Tuesday, March 20, 2018

Transparency and Trust

Voice of San Diego:
California law requires cities to keep emails for a minimum of two years, but half of the cities in San Diego County delete most of their emails from city servers in much less time — in some cases, within a few weeks.

A recent survey by Voice of San Diego showed that Encinitas and Poway have the shortest retention policy, deleting emails after 30 days. Del Mar deletes theirs after 60 days. Carlsbad, Escondido and Oceanside wait until the 90-day marker, while Solana Beach waits for 100 days, Santee for 180 days and Coronado for one year.

In justifying these policies, city officials argue that the law isn’t as clear on email retention as some would believe and they delete emails they view as non-public records to save taxpayer money. In the process, they’ve designated themselves the arbiters of what’s public and not public — a practice that troubles some of California’s leading open government advocates.

“It goes against what state law requires of them,” said Kelly Aviles, an attorney and vice president of transparency group Californians Aware, who reviewed Voice’s findings.

Monday, March 19, 2018

Encinitas hopes bike rentals will make people take public transit more

Del Mar Times:
Dockless bike sharing, the novel idea that rolled out with a rough start in San Diego in February, could spread to North County coastal communities as soon as this summer.

Led by Encinitas, the proposed one-year pilot program may also include Del Mar, Solana Beach, Carlsbad, Oceanside, Camp Pendleton Marine Corps Base, and North County Transit District.

The short-term bicycle rentals are based on a phone app, like Uber and other ride-sharing programs. Renters can pick up their bike in one place, such as a bus stop or train station, and leave it someplace else, maybe parked on the sidewalk outside their workplace, anywhere within the company’s service area.

Bike sharing is seen as a way to get more cars off the road, reduce pollution and greenhouse gases, and encourage more people to get out of their vehicles and exercise.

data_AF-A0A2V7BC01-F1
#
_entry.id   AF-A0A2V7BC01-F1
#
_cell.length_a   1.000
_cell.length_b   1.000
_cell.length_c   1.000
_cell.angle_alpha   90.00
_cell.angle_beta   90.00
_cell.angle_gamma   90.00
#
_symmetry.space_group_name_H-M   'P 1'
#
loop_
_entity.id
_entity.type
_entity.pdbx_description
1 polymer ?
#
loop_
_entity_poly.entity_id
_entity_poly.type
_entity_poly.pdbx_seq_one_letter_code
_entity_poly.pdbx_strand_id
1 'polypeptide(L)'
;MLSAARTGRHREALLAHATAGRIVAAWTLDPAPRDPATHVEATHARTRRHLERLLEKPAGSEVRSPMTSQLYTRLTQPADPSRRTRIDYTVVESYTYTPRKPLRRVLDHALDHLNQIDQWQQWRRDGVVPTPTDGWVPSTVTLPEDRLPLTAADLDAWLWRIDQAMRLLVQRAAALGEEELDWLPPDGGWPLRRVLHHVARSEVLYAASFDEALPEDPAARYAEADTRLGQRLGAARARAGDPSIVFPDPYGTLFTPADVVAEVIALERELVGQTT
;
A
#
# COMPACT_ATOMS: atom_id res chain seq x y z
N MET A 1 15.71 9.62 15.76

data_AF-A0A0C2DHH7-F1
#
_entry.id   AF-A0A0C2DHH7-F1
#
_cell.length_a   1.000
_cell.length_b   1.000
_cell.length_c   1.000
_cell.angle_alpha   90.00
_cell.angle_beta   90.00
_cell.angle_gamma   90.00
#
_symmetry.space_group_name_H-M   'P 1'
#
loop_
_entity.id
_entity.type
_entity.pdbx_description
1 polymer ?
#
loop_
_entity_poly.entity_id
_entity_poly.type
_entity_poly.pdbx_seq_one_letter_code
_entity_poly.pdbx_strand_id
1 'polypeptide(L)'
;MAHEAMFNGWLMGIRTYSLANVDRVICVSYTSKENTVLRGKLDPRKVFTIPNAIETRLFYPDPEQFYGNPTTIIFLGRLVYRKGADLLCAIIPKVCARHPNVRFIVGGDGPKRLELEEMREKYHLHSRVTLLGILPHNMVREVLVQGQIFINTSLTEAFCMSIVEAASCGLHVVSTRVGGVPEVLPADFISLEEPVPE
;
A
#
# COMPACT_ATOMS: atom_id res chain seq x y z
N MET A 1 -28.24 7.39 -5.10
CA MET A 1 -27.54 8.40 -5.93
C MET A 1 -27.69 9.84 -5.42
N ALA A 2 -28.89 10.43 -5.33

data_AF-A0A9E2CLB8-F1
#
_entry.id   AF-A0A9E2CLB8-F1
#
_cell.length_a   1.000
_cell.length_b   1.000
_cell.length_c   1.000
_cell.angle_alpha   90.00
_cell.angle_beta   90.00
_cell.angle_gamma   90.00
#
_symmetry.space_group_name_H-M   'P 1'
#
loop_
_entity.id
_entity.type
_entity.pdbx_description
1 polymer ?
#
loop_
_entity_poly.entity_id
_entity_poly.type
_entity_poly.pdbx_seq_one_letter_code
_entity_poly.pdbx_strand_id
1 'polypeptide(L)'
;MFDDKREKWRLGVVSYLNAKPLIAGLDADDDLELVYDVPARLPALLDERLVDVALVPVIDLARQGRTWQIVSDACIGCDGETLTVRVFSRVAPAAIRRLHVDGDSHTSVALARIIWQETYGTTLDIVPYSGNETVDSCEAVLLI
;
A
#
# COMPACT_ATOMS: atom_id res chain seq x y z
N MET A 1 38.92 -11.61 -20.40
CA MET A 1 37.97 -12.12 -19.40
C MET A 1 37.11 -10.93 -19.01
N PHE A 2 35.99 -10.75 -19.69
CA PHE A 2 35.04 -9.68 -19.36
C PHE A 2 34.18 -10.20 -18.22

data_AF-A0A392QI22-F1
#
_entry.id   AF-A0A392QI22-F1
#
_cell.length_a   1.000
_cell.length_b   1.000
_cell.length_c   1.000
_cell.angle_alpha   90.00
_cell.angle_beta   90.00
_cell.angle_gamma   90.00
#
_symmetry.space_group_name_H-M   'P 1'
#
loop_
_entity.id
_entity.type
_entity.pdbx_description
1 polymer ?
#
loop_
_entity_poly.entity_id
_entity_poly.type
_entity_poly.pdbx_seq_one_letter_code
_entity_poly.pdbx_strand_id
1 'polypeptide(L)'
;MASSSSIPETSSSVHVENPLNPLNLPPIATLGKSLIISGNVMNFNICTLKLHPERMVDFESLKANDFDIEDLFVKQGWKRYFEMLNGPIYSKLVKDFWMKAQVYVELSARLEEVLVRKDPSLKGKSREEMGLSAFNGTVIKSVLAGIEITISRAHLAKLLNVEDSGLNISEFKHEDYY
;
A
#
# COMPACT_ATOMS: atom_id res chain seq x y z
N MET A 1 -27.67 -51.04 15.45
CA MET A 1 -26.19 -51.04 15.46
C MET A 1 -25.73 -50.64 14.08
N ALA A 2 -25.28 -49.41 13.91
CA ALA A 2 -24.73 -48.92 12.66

“One of the things we are trying to solve is that first-last mile in transit,” said Crystal Najera, an Encinitas climate plan administrator leading the group project.
Related: Coronado declares dockless bikes a public nuisance.

Tuesday, March 13, 2018

Hit-and-run driver gets 1 year jail sentence


An Encinitas man who left the scene of a crash that seriously injured a mother of two near Moonlight Beach was sentenced Monday to a year in jail and placed on probation.

Justin Walt Parker, 39, pleaded guilty in Vista Superior Court in January to felony hit-and-run with serious bodily injury. He faced a maximum of two years in prison.

Parker — whose probation will run three years — turned himself in about two weeks after the Sept. 22 crash that left 33-year-old Ashley Lane with a concussion and broken bones, and caused her to suffer three strokes, according to sheriff's officials.
The article doesn't say how much time Parker is likely to actually serve. After California's "prison realignment," many criminals sent to county jails instead of prison are serving only a tiny fraction of their purported sentences.

Thursday, March 8, 2018

Council and Planning Commission meet on housing

Coast News:
Encinitas officials appeared to reach consensus on whether to raise the percentage of affordable housing in developments, which currently stands at 10 percent.

The City Council and Planning Commission, appearing at a joint meeting dedicated to discussing the city’s inclusionary housing policy, agreed that the city should raise the percentage to 15 percent, among other things.

The joint body heard from a panel of experts assembled by former City Councilwoman Lisa Shaffer, who moderated the two-hour workshop. The panel included Carlsbad Housing and Neighborhood Services Director Debbie Fountain, Shea Homes of San Diego division President Paul Barnes, Chelsea Investment Corp. founder and CEO Jim Schmid and Community Housing Works President and CEO Sue Reynolds.

Tuesday, March 6, 2018

Santa Fe and Encinitas Boulevard pedestrian underpass work begins

10 News:
Construction is underway on bike and pedestrian improvement projects in North San Diego County.

Paths will be built beneath the Interstate 5 overpasses at Santa Fe Drive and Encinitas Blvd.

The work, which will cost $12.5 million, should be finished in late summer 2019.
The project comes just 10 years after a San Dieguito student was killed at the Santa Fe underpass.